Pathos (Greek: Ï€Î¬Î¸Î¿Ï‚, http://en.wiktionary.org/wiki/%CF%80%CE%AC%CE%B8%CE%BF%CF%82 (Translations)) is one of the three modes of persuasion in rhetoric (along with ethos and logos). Pathos appeals to the audience's emotions. It is a part of Aristotle's philosophies in rhetoric.
That quality or property of anything which touches the feelings or excites emotions and passions, esp., that which awakens tender emotions, such as pity, sorrow, and the like; contagious warmth of feeling, action, or expression; pathetic quality; as, the pathos of a picture, of a poem, or of a cry.
The quality or character of those emotions, traits, or experiences which are personal, and therefore restricted and evanescent; transitory and idiosyncratic dispositions or feelings as distinguished from those which are universal and deep-seated in character; -- opposed to ethos.
Suffering; the enduring of active stress or affliction.
A form of proof (a persuasive strategy) that appeals to the audience's emotions.
"Passion," in Greek; also "suffering." The word refers to the depths of feeling evoked by tragedy; it is at the root of our words "sympathy" and "empathy," which also describe the effect of drama on audience emotions.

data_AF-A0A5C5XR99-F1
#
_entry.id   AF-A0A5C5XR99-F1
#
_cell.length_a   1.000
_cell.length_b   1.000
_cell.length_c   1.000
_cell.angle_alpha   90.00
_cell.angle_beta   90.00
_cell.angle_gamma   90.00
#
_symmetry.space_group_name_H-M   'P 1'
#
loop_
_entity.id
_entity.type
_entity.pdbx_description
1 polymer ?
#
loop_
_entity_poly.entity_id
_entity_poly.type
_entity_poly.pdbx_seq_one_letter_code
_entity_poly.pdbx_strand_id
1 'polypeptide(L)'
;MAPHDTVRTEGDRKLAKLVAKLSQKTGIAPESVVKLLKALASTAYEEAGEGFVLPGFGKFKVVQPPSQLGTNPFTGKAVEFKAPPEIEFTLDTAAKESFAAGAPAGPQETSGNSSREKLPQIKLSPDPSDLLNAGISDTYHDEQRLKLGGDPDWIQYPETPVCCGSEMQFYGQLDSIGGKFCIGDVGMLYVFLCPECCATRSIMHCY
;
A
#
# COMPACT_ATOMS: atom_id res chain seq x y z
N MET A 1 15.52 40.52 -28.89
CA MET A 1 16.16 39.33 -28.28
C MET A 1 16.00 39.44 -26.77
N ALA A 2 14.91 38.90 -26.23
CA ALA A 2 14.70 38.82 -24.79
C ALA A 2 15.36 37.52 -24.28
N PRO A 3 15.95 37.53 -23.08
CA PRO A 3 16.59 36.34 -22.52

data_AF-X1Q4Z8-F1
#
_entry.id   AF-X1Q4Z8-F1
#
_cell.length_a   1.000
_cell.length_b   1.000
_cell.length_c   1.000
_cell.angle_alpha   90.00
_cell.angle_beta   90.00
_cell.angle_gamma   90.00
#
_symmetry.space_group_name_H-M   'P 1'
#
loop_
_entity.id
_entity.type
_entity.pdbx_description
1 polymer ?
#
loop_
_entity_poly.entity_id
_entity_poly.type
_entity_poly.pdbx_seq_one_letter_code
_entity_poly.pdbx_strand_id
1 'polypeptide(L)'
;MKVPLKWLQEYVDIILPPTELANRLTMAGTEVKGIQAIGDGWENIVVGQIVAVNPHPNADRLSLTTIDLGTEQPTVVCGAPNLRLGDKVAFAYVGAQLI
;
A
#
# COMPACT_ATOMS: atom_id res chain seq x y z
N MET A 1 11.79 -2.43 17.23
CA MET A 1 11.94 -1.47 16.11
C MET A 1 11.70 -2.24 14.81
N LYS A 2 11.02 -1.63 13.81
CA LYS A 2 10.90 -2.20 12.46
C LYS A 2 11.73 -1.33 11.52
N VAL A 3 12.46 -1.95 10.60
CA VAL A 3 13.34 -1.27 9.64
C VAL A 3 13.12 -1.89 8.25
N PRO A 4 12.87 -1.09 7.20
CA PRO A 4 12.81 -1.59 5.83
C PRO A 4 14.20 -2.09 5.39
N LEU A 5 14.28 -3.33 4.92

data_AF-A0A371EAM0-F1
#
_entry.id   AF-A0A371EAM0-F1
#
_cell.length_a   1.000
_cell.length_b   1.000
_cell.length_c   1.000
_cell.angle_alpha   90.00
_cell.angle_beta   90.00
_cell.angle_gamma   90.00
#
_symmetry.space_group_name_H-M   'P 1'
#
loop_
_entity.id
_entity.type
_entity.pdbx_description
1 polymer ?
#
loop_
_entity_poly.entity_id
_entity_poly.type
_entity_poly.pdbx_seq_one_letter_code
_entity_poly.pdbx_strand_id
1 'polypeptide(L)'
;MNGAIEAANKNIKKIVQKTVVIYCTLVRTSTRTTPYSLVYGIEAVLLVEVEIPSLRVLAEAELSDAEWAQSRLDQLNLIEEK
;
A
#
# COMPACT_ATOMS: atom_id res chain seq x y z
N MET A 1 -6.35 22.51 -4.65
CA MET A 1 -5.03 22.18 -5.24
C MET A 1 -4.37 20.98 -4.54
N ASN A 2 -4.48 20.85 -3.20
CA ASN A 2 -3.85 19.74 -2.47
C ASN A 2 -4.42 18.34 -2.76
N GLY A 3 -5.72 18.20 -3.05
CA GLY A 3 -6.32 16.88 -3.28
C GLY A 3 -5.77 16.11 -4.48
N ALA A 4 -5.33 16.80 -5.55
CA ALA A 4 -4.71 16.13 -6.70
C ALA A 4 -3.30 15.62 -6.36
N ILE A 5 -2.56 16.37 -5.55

Greek for suffering. In debate, appealing to pity. See the three appeals
a quality that arouses emotions (especially pity or sorrow); "the film captured all the pathos of their situation"
a feeling of sympathy and sorrow for the misfortunes of others; "the blind are too often objects of pity"
a style that has the power to evoke feelings
An appeal to emotions. example- "(King George III of England) has plundered our seas, ravaged our coasts, burnt our towns, and destroyed the lives of our people." Thomas Jefferson
A characteristic in literature that causes the reader to feel pity or grief, such as in Hardy's Jude the Obscure.
A mode of proof that relies on emotional appeals, where the speaker nurtures the emotions that already exist in the audience.
passion; emotions; experiential complex
Pathos (from the Greek paschein, "to suffer") is an appeal to another's pride or character in general. It is a means of persuasion. It is a part of Aristotle's philosophies in rhetoric. In its rhetorical sense, pathos is a writer or speaker's attempt to inspire an emotional reaction in an audience -- usually a deep feeling of suffering, but sometimes joy, pride, anger, humor, patriotism, or any of a dozen other emotions. In its critical sense, pathos signifies a scene or passage designed to evoke the feeling of pity or sympathetic sorrow in a reader or viewer.
following Aristotle, persuasion that uses appeals that involve feelings, values, or emotions
Poetry (or other literature) which evokes pity or sadness in the reader e.g. Send No Money by Philip Larkin. Carried too far, pathos can become bathos.
The use of language in effective arguments to stir the feelings of an audience. See ethos and logos.
the emotion of pity or compassion; a element in representation which evokes pity